Mississippi man walks free 20 years after killing his father and step-mother
JACKSON, Miss. (WLBT) - James Williams III is a free man more than 20 years after murdering his father and step-mother, a crime scene officials would call “a horrific sight.”
According to the family of one of his victims, Cindy Williams, James Williams III was released Tuesday morning. They were allegedly told of his release only after calling the Parole Board office themselves.
Cindy Williams’ family had been fighting James Williams’ release since they were notified of his parole in April.
Several lawmakers had also spoken out about Williams’ release, including District 62 Representative Tom Weathersby and District 77 Representative Price Wallace.
In all, 27 Mississippi House members asked the Parole Board to reverse their decision to grant James Williams III parole, calling it “a public safety issue.”
Below, watch how WLBT News originally reported the murders of James Williams, Jr. and Cynthia Williams.
James Williams III, who was 17 at the time, killed both James Williams, Jr. and his wife Cynthia Williams by shooting them with a .22 rifle in December of 2002.
Williams then attempted to dismember the couple in order to fit them inside two Rubbermaid totes. Their bodies were discovered in the woods near Shiloh Park in the back of a Chevrolet truck on January 6, 2003.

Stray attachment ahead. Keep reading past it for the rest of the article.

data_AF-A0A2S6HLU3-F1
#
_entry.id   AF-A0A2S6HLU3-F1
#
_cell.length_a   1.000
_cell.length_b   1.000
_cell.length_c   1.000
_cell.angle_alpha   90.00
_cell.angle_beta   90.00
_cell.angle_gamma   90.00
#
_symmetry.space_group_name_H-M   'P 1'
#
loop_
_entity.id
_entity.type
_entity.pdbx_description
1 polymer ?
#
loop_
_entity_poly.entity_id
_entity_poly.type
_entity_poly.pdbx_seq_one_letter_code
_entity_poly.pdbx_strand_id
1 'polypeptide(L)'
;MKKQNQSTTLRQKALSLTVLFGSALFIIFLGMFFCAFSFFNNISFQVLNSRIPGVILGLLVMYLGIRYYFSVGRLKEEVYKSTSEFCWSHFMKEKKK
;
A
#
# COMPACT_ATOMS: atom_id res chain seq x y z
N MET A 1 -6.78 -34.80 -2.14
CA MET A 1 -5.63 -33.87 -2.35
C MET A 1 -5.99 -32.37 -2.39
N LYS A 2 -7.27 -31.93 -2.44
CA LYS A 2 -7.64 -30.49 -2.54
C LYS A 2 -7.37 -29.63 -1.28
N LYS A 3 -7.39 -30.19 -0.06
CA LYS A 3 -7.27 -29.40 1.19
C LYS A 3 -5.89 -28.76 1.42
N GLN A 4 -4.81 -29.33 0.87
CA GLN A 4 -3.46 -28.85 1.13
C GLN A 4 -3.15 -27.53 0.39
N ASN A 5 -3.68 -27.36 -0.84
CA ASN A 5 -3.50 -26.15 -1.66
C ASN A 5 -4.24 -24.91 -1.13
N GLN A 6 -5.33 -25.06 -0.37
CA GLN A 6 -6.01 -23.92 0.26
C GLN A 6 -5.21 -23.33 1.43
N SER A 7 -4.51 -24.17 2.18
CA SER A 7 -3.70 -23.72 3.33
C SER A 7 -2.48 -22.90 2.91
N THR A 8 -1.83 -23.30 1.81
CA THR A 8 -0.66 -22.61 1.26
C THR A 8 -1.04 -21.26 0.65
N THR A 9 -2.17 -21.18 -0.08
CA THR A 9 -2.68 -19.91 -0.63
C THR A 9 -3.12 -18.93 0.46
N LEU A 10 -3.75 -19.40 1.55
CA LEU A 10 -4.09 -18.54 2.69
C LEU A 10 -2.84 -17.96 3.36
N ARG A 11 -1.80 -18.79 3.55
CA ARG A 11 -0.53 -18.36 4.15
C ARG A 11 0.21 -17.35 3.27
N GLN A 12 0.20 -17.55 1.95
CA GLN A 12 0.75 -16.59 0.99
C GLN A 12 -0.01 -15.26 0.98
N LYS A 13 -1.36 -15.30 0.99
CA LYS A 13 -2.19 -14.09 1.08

In 2005, Williams was found guilty of murdering his father and step-mother, and was sentenced to more than 60 years without the possibility of parole.
However, seven years later, the Supreme Court ruled that mandatory life sentences without the possibility of parole for minor offenders was unconstitutional.
According to Williams’ attorney, during his stay in prison, James Williams III has received a Bachelor’s degree in Christian Ministry from the New Orleans Baptist Theological Seminary and became the Minister of Music for Parchman’s Koinonia Church.
Williams attorney, called James a “moral leader” among the inmates at the Marshall County Correctional Facility, where he has served as a missionary and field minister.
It was also from the Marshall County Correctional Facility where Williams was freed Tuesday morning.
It was in light of his parole that Parole Board member Tony Smith announced his resignation. He made this announcement Friday, and while it hasn’t been officially stated that the controversy over Williams’ parole was the reason for his resignation, some are drawing the connection.
Smith was appointed by Governor Reeves in 2020.
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